|Women’s Ashes Test, The Cooper Associates County Ground, Taunton (day four of four):|
|Australia 420-8 dec (Perry 116, Haynes 87) & 230-7 (Perry 76*)|
|England 275-9 dec: Sciver 88, Jones 64; Molineux 4-95|
|Match drawn (both sides 2pts; Australia lead series 8-2)|
Australia will retain the Women’s Ashes as the Test petered out into a draw.
England avoided the follow-on and declared on 275-9, but they could not tear through the Australian batting line-up, which finished on 230-7.
Ellyse Perry (76 not out) again batted well as the tourists opted not to set England a fourth-innings target.
England trail 8-2 in the multi-format series, but could still draw it if they win all three Twenty20 games, beginning in Chelmsford on Friday.
Australia won all three one-day internationals to open up a 6-0 lead and the two points available for a draw in this four-day Test would guarantee their retention of the Ashes.
That knowledge was always at the back of their minds as they batted out the game before shaking hands with an hour of scheduled play remaining.
- Knight defiant after Australia retain Ashes
- TMS podcast: Reaction as Australia retain Women’s Ashes
- Women’s Ashes: Full schedule
Marsh digs England out of first-innings trouble
At the start of the day’s play, all four results were still theoretically possible with England on 199-6 behind Australia’s 420-8 declared, but as it turned out, the most crucial passage was first up in the best period of the entire Test.
England needed 72 to avoid the follow-on and there was more intent to their batting than they had shown on the third evening when their dead-bat tactics were heavily criticised.
They did lose Shrubsole for 11 and Nat Sciver 12 short of a century, with England still 19 shy of the 271 target.
But Laura Marsh and Sophie Ecclestone combined stoically for the ninth wicket partnership to get them over the line.
Marsh, who made a brave 28, survived a testing and hostile examination from young quick Tayla Vlaeminck before a cut for four off the left-arm spinner Sophie Molineux ensured Australia would have to bat again.
Perry thwarts England – again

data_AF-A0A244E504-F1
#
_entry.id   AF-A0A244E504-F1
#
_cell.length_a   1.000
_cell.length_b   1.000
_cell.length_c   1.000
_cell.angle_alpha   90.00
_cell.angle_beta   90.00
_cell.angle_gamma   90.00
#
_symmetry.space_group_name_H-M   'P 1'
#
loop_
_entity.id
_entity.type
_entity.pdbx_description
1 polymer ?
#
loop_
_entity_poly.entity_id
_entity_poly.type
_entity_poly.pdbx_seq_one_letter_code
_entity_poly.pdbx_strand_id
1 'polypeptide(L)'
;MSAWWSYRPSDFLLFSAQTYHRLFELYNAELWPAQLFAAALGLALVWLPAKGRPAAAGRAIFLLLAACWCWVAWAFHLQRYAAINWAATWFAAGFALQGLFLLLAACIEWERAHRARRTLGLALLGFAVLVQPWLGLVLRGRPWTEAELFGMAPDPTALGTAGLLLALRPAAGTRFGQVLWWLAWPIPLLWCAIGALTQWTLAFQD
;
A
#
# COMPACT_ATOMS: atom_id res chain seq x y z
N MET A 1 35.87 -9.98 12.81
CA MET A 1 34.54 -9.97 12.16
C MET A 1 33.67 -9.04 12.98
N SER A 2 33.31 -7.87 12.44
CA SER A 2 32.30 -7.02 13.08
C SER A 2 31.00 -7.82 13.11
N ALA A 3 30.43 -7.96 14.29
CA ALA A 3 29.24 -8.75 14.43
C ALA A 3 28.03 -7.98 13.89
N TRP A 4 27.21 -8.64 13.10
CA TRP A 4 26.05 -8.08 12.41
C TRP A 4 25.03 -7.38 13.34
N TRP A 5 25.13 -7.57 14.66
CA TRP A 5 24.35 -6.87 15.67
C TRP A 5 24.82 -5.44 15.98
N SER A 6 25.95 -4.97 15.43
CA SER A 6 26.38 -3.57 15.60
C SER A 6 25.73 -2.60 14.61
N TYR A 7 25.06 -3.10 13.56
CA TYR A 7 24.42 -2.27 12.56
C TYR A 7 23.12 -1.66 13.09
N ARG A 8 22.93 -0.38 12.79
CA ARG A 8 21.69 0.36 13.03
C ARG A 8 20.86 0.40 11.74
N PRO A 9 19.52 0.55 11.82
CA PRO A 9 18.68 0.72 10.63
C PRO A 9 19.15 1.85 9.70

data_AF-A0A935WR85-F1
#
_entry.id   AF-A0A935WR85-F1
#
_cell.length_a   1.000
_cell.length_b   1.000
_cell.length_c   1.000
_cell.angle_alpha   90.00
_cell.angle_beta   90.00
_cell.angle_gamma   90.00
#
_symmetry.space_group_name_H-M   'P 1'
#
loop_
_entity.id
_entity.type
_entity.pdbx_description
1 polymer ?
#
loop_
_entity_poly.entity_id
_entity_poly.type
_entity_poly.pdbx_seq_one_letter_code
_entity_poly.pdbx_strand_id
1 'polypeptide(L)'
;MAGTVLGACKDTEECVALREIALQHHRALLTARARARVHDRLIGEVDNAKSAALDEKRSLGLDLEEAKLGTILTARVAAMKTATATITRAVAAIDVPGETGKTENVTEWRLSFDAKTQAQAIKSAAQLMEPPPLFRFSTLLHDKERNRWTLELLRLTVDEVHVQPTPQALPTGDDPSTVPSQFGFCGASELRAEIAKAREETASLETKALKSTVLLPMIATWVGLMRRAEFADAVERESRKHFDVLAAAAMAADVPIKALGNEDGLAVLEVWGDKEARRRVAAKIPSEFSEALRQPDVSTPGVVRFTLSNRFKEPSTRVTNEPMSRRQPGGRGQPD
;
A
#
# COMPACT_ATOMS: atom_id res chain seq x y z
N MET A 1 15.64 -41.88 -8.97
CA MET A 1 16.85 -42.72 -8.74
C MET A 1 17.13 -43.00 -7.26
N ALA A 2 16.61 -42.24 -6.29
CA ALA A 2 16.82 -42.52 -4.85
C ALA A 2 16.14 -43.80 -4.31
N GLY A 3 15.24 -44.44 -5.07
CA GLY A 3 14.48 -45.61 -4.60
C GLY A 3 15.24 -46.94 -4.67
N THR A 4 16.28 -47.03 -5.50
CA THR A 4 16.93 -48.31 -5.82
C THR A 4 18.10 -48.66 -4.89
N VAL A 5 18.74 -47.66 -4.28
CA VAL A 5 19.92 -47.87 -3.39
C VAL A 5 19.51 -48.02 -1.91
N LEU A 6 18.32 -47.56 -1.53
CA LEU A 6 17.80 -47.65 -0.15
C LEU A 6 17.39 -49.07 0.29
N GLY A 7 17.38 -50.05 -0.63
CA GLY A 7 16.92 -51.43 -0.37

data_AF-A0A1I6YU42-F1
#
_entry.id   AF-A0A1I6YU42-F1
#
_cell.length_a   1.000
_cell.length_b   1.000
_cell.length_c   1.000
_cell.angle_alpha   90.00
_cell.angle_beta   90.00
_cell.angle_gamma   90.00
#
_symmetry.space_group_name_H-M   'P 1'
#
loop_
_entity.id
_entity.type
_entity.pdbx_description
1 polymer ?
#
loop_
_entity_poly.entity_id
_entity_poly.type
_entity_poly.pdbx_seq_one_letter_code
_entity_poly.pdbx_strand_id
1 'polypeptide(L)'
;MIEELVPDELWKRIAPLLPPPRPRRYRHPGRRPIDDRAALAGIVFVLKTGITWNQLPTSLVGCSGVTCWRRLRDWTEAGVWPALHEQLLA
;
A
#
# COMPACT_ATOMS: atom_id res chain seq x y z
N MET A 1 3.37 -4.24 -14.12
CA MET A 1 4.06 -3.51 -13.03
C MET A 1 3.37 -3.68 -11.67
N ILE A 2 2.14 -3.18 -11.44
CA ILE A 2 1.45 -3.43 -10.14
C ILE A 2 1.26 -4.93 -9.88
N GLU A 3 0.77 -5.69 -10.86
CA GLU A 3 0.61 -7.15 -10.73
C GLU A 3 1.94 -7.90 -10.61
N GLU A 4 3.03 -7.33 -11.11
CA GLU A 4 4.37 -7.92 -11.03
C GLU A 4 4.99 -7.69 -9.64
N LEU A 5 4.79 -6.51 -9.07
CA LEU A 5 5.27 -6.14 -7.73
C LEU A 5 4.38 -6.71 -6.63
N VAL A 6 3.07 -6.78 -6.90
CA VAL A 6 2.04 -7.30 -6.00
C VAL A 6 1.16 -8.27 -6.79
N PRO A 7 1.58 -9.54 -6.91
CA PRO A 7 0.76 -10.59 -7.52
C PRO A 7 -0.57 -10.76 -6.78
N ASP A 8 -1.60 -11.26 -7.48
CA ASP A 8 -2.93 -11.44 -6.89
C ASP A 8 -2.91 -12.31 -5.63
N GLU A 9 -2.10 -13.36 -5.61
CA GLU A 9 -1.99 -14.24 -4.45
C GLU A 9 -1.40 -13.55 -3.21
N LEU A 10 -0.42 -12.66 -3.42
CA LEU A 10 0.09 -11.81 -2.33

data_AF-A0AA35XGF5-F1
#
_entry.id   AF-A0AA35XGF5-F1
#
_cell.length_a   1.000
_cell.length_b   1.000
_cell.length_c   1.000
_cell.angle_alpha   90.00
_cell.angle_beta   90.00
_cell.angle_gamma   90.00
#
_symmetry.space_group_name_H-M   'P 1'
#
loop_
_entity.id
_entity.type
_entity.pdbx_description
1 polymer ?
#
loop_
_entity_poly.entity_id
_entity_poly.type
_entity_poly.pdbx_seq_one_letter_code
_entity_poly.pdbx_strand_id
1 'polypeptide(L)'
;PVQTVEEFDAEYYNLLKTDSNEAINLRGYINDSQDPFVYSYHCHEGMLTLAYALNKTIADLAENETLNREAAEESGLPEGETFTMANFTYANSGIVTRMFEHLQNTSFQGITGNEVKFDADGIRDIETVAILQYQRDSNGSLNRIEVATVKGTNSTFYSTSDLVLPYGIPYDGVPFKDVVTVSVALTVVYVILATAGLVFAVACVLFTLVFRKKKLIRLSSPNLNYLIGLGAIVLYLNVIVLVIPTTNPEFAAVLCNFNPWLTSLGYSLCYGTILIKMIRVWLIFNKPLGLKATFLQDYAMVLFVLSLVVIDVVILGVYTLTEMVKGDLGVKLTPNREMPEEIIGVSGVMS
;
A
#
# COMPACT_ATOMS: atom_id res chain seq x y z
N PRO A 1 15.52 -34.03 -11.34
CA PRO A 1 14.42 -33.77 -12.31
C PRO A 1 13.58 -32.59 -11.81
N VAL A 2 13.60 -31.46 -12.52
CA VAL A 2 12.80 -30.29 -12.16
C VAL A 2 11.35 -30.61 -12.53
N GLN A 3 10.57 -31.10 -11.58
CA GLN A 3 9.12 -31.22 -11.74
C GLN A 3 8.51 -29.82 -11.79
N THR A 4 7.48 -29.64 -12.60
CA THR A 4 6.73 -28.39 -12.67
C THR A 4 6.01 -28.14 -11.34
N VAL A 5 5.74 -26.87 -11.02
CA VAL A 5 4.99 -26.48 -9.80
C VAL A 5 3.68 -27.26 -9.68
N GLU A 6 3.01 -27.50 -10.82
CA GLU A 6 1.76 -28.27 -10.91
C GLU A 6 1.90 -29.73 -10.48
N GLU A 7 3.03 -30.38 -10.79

Marsh took that positive impact with the bat into her bowling and in the space of five balls in the first over after lunch she removed openers Alyssa Healy for 13 and Rachael Haynes for one.
With Ecclestone causing problems at the other end with her left-arm spin, there were a few tricky moments for Australia.
Meg Lanning and Perry eased any worries with a 50 partnership until the Australia captain somehow dispatched a filthy full toss from Kirstie Gordon straight to Georgia Elwiss at cover.
England captain Heather Knight brought herself on for a rare bowl and claimed the wicket of Jess Jonassen (37) but Perry continued on her own serene way.
She eventually finished unbeaten on 76, and 192 runs for the match, after her first-innings century as she showed why she is a cut above the rest in women’s cricket.
- How far are England behind Australia?
- Quiz: Test your knowledge of the Women’s Ashes
Australia pass on chance to tee up drama
Australia were under no obligation to set any kind of target for England to chase in the fourth innings, but there was a slight disappointment about their cautious attitude.
A run rate of 3.46 from 35 overs in the afternoon session when they had the chance to put their foot on their accelerator did not suggest a team in a desperate hurry to win the game.
When they returned to bat after tea, their intentions were clear and the game drifted to its conclusion, in what was the first women’s Trst since these two sides met at North Sydney Oval in November 2017.
BBC Sport has launched #ChangeTheGame this summer to showcase female athletes in a way they never have been before. Through more live women’s sport available to watch across the BBC this summer, complemented by our journalism, we are aiming to turn up the volume on women’s sport and alter perceptions. Find out more here.